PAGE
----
Review – Neon Chrome

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Developed by 10tons Ltd., Neon Chrome is an isometric twin-stick shooter with rogue-like elements, procedurally generated levels, and partially destructible environments.

Set in a cyperpunk universe, players control many different avatars in their journey to free Neon Chrome from its ruthless Overseer.

Released on PC in April of 2016, the game was ported to Nintendo Switch on October 12.


Set in a desperate future, the player assumes the role of an elite hacker that is struggling to dethrone the Overseer, the totalitarian ruler of Neon Chrome, a corporate-owned structure boasting a million inhabitants.

Neon Chrome is a massive structure, and it is all controlled by the Overseer.

The game begins with the Overseer flagging the player as a potential risk. Stating that Lab 13 has an unacceptable Trust Score, the Overseer implores its inhabitants to stay calm and await “removal.”

The player assumes control as the denizens of Lab 13 are being massacred. Running down corridors in an attempt to escape, the Overseer confronts the player at a dead end via a giant digital display. “Your quest to bring me down is a waste of time.” the Overseer boasts. “Eventually I’ll find the real you. Time to say goodbye to your asset once more.”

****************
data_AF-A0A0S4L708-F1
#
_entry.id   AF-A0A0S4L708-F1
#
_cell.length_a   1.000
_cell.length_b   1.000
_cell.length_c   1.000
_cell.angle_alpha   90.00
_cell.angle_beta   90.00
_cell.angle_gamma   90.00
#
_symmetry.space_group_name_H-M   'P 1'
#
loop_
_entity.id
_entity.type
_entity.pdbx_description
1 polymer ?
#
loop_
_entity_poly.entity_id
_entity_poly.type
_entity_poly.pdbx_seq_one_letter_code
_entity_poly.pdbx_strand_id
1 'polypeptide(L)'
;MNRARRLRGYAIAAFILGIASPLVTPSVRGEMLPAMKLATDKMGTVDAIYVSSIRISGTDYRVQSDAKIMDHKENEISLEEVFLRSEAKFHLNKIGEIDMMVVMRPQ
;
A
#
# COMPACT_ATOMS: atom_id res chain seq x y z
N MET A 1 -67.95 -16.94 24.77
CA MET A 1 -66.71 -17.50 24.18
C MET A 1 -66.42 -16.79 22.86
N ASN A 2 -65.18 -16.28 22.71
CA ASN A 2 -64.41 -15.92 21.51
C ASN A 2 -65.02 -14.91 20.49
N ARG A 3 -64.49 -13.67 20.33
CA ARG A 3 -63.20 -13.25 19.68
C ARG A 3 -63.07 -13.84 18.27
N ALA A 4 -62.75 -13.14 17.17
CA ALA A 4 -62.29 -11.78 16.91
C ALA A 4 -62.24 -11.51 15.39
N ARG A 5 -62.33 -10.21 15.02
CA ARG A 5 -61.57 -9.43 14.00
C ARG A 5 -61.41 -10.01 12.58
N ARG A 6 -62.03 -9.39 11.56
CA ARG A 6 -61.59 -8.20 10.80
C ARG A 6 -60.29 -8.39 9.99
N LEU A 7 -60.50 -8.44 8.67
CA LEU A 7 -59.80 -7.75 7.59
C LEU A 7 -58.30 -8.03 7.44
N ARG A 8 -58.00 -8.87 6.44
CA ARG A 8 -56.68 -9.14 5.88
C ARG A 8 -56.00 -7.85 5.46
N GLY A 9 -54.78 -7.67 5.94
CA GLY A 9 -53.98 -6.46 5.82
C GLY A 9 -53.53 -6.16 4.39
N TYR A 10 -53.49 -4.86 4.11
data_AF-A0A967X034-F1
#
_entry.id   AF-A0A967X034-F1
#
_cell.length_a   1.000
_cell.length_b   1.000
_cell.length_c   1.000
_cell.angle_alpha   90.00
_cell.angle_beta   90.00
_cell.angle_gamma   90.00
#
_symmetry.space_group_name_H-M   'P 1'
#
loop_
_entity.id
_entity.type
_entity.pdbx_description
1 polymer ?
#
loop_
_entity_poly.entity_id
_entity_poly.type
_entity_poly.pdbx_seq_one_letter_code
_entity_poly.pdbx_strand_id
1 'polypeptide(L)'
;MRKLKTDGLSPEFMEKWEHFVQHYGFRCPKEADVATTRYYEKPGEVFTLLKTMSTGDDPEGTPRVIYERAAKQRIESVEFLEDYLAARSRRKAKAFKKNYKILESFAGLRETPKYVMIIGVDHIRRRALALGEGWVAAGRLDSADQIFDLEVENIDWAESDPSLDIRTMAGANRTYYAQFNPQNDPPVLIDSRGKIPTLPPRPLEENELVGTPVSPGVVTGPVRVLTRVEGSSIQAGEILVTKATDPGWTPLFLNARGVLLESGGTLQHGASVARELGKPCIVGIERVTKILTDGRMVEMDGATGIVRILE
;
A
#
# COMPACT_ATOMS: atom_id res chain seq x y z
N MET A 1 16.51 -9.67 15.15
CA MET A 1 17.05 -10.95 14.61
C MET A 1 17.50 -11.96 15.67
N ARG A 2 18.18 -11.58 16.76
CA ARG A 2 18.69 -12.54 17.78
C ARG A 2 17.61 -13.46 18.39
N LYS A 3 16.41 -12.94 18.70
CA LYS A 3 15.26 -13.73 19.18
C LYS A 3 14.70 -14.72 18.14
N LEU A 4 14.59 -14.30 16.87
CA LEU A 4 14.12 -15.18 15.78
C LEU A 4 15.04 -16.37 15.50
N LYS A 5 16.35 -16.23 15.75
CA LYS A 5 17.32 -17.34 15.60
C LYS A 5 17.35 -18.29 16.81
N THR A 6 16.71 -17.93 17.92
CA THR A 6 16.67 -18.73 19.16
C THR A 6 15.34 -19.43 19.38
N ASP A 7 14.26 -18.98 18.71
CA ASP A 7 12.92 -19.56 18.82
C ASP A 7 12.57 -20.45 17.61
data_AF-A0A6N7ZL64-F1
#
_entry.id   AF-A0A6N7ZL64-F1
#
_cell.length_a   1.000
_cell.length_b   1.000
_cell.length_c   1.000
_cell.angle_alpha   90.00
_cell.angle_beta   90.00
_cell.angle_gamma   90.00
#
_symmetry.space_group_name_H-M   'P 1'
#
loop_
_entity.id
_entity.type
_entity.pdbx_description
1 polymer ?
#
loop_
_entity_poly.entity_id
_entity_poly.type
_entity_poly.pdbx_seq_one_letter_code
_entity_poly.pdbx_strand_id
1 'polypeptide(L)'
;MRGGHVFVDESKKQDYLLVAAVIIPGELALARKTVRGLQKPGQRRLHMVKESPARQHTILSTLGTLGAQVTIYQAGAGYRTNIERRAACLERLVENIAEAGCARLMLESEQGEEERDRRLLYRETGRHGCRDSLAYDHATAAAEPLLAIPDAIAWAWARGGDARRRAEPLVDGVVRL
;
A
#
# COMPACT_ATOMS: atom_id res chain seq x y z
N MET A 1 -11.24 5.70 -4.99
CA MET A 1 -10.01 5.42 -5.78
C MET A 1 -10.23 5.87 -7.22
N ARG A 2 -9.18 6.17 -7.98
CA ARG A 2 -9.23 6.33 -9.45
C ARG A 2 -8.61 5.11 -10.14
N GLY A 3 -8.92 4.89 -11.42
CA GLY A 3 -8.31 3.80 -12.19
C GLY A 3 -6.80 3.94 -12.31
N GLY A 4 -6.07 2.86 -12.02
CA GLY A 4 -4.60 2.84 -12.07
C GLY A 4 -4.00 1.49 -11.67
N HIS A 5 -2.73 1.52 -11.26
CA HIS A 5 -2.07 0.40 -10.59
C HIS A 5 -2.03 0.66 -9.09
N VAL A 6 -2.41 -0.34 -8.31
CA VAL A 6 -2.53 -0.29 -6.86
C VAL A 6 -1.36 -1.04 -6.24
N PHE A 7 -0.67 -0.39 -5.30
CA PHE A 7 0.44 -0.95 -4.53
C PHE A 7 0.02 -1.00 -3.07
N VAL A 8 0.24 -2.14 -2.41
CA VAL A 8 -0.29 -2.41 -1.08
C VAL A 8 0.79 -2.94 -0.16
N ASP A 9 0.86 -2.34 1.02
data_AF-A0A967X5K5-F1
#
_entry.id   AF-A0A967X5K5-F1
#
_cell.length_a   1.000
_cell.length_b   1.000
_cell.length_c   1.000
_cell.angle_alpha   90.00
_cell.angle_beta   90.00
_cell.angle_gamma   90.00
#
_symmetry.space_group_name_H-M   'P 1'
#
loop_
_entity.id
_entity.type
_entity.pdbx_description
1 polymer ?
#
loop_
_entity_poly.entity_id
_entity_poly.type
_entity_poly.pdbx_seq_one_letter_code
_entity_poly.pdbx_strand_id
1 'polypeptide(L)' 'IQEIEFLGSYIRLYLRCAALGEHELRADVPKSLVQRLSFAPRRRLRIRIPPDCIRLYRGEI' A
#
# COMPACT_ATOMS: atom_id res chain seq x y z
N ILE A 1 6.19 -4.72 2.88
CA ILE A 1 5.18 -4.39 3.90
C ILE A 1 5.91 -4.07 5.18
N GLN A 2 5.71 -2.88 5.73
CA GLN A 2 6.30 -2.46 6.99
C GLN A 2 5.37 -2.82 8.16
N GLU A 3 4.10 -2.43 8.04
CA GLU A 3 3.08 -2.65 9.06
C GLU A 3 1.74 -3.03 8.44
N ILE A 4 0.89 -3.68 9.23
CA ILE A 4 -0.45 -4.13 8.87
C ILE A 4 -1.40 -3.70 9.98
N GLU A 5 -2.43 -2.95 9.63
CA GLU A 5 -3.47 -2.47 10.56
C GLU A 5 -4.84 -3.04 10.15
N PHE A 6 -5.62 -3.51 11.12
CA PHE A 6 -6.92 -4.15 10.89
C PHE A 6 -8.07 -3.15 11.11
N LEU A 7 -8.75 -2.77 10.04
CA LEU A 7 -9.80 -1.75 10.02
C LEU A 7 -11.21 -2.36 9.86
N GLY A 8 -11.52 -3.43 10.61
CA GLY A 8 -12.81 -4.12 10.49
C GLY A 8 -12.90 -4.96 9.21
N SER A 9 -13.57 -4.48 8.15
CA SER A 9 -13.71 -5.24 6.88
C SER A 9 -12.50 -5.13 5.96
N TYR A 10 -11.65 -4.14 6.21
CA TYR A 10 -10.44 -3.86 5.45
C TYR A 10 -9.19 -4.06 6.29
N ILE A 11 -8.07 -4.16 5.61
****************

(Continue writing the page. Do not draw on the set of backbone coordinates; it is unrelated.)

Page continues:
Death carries a heavy cost in Neon Chrome, but unlike life, you actually get to take some of your wealth with you.

Releasing hidden super-soldiers, the asset is killed. The hacker awakens in an Immersion Chair, a device that allows them to take control of additional assets each time the previous is destroyed. Surrounding the player is a vault of hibernating assets that awake one by one as the relentless fight to destroy the Overseer continues.


Neon Chrome is a twin-stick shooter, played from a top-down perspective. The player navigates all manner of corporate areas, which are procedurally generated, for the most part. Boss levels are static, and come every five or six levels. Each death forces the player to start over, but defeating a boss allows the player to skip all previously conquered content when they die, restarting on the level after the latest boss instead.

The climb is long, but wise investments and quick reflexes will ensure steady progress.

Gameplay environments are procedurally generated, as are the assets the hacker controls. Each time the player is killed, they are given an option of three new characters with different classes, weapons, and modifiers.

Much of the environment is destructible, so shooting rockets or blasting shotguns may leave a ruined wreck where a nice, clean, cubicle used to be. Anything orange is explosive, and this can lead to all sorts of fun with a little forethought. Luring a group of enemies to an area with explosives and then firing a single rocket into those explosives is immensely satisfying.

Orange objects are explosive, and many walls are destructible. Plan accordingly.

Booths around Neon Chrome allow players to install cybernetic enhancements that add modifiers to the game. One enhancement may reduce all damage taken by 20% or increase their speed. Another may double weapon clip size and speed up reload times. Yet another may cause Energy loot drops to heal the player, or cause them to turn invisible while standing still. There are a vast number of these enhancements, and thoughtfully combining them can have powerful benefits.